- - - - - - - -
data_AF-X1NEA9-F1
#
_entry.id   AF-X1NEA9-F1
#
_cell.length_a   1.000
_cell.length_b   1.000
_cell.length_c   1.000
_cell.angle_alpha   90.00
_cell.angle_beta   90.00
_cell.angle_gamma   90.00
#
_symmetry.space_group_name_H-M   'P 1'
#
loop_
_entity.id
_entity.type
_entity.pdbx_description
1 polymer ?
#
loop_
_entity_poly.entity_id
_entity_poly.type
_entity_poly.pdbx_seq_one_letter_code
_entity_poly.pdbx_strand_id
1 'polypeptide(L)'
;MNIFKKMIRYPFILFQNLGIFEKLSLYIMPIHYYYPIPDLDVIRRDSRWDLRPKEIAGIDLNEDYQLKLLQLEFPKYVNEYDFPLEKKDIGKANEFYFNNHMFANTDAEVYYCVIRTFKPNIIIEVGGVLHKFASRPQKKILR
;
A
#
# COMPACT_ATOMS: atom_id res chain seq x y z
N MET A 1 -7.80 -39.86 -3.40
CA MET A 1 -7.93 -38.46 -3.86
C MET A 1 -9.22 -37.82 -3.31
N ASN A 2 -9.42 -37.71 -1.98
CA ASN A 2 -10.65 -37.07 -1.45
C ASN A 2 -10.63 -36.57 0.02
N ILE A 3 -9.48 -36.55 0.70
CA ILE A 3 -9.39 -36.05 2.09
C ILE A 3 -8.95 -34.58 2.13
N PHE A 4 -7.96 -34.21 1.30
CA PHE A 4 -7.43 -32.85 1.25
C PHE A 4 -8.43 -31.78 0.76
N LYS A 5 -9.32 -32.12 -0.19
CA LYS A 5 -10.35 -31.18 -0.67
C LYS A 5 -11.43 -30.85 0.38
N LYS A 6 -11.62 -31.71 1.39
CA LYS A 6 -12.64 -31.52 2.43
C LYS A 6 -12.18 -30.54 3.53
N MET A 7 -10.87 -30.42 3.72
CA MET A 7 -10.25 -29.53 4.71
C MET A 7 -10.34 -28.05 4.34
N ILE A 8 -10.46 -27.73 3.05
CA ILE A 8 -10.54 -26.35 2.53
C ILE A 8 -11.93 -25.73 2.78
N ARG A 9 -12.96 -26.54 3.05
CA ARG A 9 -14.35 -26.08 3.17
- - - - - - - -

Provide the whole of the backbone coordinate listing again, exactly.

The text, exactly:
data_AF-X1NEA9-F1
#
_entry.id   AF-X1NEA9-F1
#
_cell.length_a   1.000
_cell.length_b   1.000
_cell.length_c   1.000
_cell.angle_alpha   90.00
_cell.angle_beta   90.00
_cell.angle_gamma   90.00
#
_symmetry.space_group_name_H-M   'P 1'
#
loop_
_entity.id
_entity.type
_entity.pdbx_description
1 polymer ?
#
loop_
_entity_poly.entity_id
_entity_poly.type
_entity_poly.pdbx_seq_one_letter_code
_entity_poly.pdbx_strand_id
1 'polypeptide(L)'
;MNIFKKMIRYPFILFQNLGIFEKLSLYIMPIHYYYPIPDLDVIRRDSRWDLRPKEIAGIDLNEDYQLKLLQLEFPKYVNEYDFPLEKKDIGKANEFYFNNHMFANTDAEVYYCVIRTFKPNIIIEVGGVLHKFASRPQKKILR
;
A
#
# COMPACT_ATOMS: atom_id res chain seq x y z
N MET A 1 -7.80 -39.86 -3.40
CA MET A 1 -7.93 -38.46 -3.86
C MET A 1 -9.22 -37.82 -3.31
N ASN A 2 -9.42 -37.71 -1.98
CA ASN A 2 -10.65 -37.07 -1.45
C ASN A 2 -10.63 -36.57 0.02
N ILE A 3 -9.48 -36.55 0.70
CA ILE A 3 -9.39 -36.05 2.09
C ILE A 3 -8.95 -34.58 2.13
N PHE A 4 -7.96 -34.21 1.30
CA PHE A 4 -7.43 -32.85 1.25
C PHE A 4 -8.43 -31.78 0.76
N LYS A 5 -9.32 -32.12 -0.19
CA LYS A 5 -10.35 -31.18 -0.67
C LYS A 5 -11.43 -30.85 0.38
N LYS A 6 -11.62 -31.71 1.39
CA LYS A 6 -12.64 -31.52 2.43
C LYS A 6 -12.18 -30.54 3.53
N MET A 7 -10.87 -30.42 3.72
CA MET A 7 -10.25 -29.53 4.71
C MET A 7 -10.34 -28.05 4.34
N ILE A 8 -10.46 -27.73 3.05
CA ILE A 8 -10.54 -26.35 2.53
C ILE A 8 -11.93 -25.73 2.78
N ARG A 9 -12.96 -26.54 3.05
CA ARG A 9 -14.35 -26.08 3.17